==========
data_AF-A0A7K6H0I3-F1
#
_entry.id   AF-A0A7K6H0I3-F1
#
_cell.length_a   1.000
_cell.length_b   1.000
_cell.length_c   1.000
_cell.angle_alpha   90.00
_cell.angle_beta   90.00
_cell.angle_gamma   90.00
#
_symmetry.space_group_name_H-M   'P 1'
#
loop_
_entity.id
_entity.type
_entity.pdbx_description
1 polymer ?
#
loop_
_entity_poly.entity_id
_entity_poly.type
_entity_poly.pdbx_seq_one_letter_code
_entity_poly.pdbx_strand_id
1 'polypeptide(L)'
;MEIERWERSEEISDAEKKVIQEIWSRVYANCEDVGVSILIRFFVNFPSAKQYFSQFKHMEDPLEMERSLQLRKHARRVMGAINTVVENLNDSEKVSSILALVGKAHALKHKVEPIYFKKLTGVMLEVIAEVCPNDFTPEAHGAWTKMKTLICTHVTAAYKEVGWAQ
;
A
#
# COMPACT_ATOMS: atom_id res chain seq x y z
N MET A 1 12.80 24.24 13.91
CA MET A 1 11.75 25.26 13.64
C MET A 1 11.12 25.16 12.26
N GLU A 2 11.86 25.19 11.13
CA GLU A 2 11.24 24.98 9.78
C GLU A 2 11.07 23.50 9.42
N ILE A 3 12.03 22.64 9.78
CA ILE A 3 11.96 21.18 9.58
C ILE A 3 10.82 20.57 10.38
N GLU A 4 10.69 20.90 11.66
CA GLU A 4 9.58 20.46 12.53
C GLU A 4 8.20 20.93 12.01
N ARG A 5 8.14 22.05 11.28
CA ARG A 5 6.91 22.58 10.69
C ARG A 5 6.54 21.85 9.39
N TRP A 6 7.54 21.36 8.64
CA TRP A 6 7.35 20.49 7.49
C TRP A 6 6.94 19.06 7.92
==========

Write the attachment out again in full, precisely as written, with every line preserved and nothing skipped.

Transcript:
data_AF-A0A7K6H0I3-F1
#
_entry.id   AF-A0A7K6H0I3-F1
#
_cell.length_a   1.000
_cell.length_b   1.000
_cell.length_c   1.000
_cell.angle_alpha   90.00
_cell.angle_beta   90.00
_cell.angle_gamma   90.00
#
_symmetry.space_group_name_H-M   'P 1'
#
loop_
_entity.id
_entity.type
_entity.pdbx_description
1 polymer ?
#
loop_
_entity_poly.entity_id
_entity_poly.type
_entity_poly.pdbx_seq_one_letter_code
_entity_poly.pdbx_strand_id
1 'polypeptide(L)'
;MEIERWERSEEISDAEKKVIQEIWSRVYANCEDVGVSILIRFFVNFPSAKQYFSQFKHMEDPLEMERSLQLRKHARRVMGAINTVVENLNDSEKVSSILALVGKAHALKHKVEPIYFKKLTGVMLEVIAEVCPNDFTPEAHGAWTKMKTLICTHVTAAYKEVGWAQ
;
A
#
# COMPACT_ATOMS: atom_id res chain seq x y z
N MET A 1 12.80 24.24 13.91
CA MET A 1 11.75 25.26 13.64
C MET A 1 11.12 25.16 12.26
N GLU A 2 11.86 25.19 11.13
CA GLU A 2 11.24 24.98 9.78
C GLU A 2 11.07 23.50 9.42
N ILE A 3 12.03 22.64 9.78
CA ILE A 3 11.96 21.18 9.58
C ILE A 3 10.82 20.57 10.38
N GLU A 4 10.69 20.90 11.66
CA GLU A 4 9.58 20.46 12.53
C GLU A 4 8.20 20.93 12.01
N ARG A 5 8.14 22.05 11.28
CA ARG A 5 6.91 22.58 10.69
C ARG A 5 6.54 21.85 9.39
N TRP A 6 7.54 21.36 8.64
CA TRP A 6 7.35 20.49 7.49
C TRP A 6 6.94 19.06 7.92